A dutch oven could possibly be the most versatile piece of cookware that a person could own. These thick-walled cast iron cooking pots have tight-fitting lids. Some metal varieties of dutch ovens have an enamel coating or are sometimes made from ceramic. This cookware has been around for hundreds of years and is sometimes called a casserole dish.
Cast iron cookware can be intimidating. In this handy guide, we’ll go over how to use a dutch oven. How to cook with it, and how to keep your dutch oven cooking for years.
What is a dutch oven used for?
Dutch ovens are versatile. No matter what material they are made from, these baking dishes can use various cooking applications. They can withstand stovetop and oven temperatures.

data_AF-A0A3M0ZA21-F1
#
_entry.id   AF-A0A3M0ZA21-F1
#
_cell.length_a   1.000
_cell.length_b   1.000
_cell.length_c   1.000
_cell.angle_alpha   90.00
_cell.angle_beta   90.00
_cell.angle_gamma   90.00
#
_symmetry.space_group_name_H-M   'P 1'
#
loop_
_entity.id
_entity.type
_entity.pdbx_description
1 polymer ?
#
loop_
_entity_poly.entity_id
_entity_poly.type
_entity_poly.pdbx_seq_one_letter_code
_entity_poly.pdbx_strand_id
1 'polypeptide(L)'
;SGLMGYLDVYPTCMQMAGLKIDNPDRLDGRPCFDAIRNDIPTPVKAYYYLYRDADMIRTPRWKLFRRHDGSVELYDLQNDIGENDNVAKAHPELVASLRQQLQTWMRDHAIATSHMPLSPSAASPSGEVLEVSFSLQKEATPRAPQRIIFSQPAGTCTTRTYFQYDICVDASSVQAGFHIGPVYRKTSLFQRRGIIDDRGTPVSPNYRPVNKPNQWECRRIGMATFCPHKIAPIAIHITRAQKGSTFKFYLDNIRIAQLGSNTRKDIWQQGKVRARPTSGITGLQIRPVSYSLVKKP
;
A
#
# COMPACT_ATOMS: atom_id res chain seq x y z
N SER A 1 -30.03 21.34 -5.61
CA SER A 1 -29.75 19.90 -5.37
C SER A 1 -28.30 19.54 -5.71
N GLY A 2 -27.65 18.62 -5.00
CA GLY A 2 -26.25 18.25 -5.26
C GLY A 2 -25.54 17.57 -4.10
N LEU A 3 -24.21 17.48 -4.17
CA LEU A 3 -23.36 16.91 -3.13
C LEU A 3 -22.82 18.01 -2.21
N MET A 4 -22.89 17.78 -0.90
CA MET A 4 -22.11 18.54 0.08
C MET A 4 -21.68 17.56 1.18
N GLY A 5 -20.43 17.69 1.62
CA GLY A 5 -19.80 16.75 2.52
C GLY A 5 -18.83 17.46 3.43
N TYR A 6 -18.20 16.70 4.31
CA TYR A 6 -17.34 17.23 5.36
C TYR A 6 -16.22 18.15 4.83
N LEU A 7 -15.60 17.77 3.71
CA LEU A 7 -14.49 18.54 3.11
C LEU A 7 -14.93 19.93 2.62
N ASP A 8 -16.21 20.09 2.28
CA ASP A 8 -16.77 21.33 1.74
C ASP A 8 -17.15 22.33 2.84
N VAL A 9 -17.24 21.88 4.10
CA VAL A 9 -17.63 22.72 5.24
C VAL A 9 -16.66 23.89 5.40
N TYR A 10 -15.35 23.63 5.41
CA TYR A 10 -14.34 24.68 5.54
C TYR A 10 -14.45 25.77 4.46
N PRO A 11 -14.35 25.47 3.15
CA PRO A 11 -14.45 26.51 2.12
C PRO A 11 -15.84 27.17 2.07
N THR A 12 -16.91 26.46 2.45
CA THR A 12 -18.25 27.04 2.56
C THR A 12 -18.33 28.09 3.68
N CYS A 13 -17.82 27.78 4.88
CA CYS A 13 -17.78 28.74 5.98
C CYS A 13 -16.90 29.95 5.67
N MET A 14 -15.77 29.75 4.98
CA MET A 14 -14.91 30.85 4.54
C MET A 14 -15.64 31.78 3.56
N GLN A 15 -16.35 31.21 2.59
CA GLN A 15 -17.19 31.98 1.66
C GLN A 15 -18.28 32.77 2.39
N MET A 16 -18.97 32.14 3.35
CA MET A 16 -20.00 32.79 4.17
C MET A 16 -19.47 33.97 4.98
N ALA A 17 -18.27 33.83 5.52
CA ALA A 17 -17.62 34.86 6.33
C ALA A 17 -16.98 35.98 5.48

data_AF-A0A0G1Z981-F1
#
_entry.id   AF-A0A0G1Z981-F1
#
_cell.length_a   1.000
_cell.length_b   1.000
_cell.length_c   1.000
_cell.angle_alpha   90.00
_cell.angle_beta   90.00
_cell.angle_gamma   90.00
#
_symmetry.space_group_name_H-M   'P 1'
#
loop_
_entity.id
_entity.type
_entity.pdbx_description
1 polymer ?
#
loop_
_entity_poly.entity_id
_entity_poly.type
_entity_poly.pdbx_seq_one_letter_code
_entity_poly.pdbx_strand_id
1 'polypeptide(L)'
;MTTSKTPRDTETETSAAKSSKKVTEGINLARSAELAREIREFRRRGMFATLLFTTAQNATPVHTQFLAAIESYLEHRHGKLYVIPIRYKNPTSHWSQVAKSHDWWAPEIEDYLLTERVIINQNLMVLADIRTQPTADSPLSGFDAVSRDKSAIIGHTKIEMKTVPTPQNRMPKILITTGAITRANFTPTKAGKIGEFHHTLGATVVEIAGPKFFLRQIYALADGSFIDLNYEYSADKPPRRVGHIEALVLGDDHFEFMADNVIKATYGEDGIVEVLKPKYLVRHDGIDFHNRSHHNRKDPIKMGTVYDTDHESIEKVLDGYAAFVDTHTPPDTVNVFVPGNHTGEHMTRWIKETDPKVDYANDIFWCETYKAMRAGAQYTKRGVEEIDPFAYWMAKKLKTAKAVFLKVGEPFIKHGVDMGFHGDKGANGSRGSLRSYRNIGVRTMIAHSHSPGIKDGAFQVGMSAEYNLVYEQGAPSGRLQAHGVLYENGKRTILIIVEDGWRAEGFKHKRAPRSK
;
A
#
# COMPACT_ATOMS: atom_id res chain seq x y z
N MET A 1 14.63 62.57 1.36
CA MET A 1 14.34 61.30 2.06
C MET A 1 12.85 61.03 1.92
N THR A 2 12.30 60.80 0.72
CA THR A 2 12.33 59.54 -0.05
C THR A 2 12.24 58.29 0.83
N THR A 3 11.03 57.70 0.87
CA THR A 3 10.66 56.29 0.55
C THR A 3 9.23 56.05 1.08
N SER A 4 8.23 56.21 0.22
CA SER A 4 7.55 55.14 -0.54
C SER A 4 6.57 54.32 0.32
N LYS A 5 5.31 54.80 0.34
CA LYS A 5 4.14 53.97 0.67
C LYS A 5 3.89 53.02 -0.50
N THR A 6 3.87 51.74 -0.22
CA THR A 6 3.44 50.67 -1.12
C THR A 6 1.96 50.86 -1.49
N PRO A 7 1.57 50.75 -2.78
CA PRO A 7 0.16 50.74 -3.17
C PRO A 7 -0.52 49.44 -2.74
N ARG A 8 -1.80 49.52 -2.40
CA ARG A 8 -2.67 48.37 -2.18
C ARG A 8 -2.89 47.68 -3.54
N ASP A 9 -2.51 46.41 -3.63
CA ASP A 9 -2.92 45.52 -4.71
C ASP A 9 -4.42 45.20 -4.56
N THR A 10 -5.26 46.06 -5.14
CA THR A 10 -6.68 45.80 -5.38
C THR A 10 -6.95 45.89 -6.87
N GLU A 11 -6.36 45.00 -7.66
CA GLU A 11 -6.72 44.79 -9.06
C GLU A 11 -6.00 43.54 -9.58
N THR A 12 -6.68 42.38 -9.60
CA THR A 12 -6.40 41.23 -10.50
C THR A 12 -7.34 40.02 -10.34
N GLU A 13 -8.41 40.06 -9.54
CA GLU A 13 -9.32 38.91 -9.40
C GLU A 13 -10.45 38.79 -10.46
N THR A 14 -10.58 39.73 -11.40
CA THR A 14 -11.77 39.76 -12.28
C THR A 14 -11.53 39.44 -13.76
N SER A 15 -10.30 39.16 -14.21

- Roasting. Dutch ovens can conduct heat and disperse it evenly to the food inside. This cooking method can help with slow cooking, and the ovenproof lid helps retain moisture over the long cook times.
- Soups or Stews. The thick material helps to keep food warm for long periods of time. Being able to hold heat for such a long time is perfect for soups that need to be simmered for a long time.
- Bread. These cooking dishes radiate heat works similarly to how a pizza stone operates. Dutch ovens have been used for a long time to bake bread. The lid helps to hold the moisture that escapes as steam to help create a crisp crust.
- Frying. Unlike traditional pans, dutch ovens can keep the temperature of the oil consistent. Some coated dutch ovens cannot be used with high-temperature deep frying. The manufacturer will have the specifics about temperature limits for individual dutch ovens.
- Casseroles. The versatile ability to go from stovetop to the oven allows for full meals to be assembled in the same dish.
Being able to transfer a dutch oven from the stovetop into the oven is great to have. It gives the food a chance to cook evenly and prevents the foodstuffs on the bottom not to burn even if the dish is being cooked for an extended time.
How to Properly Season Your Dutch Oven.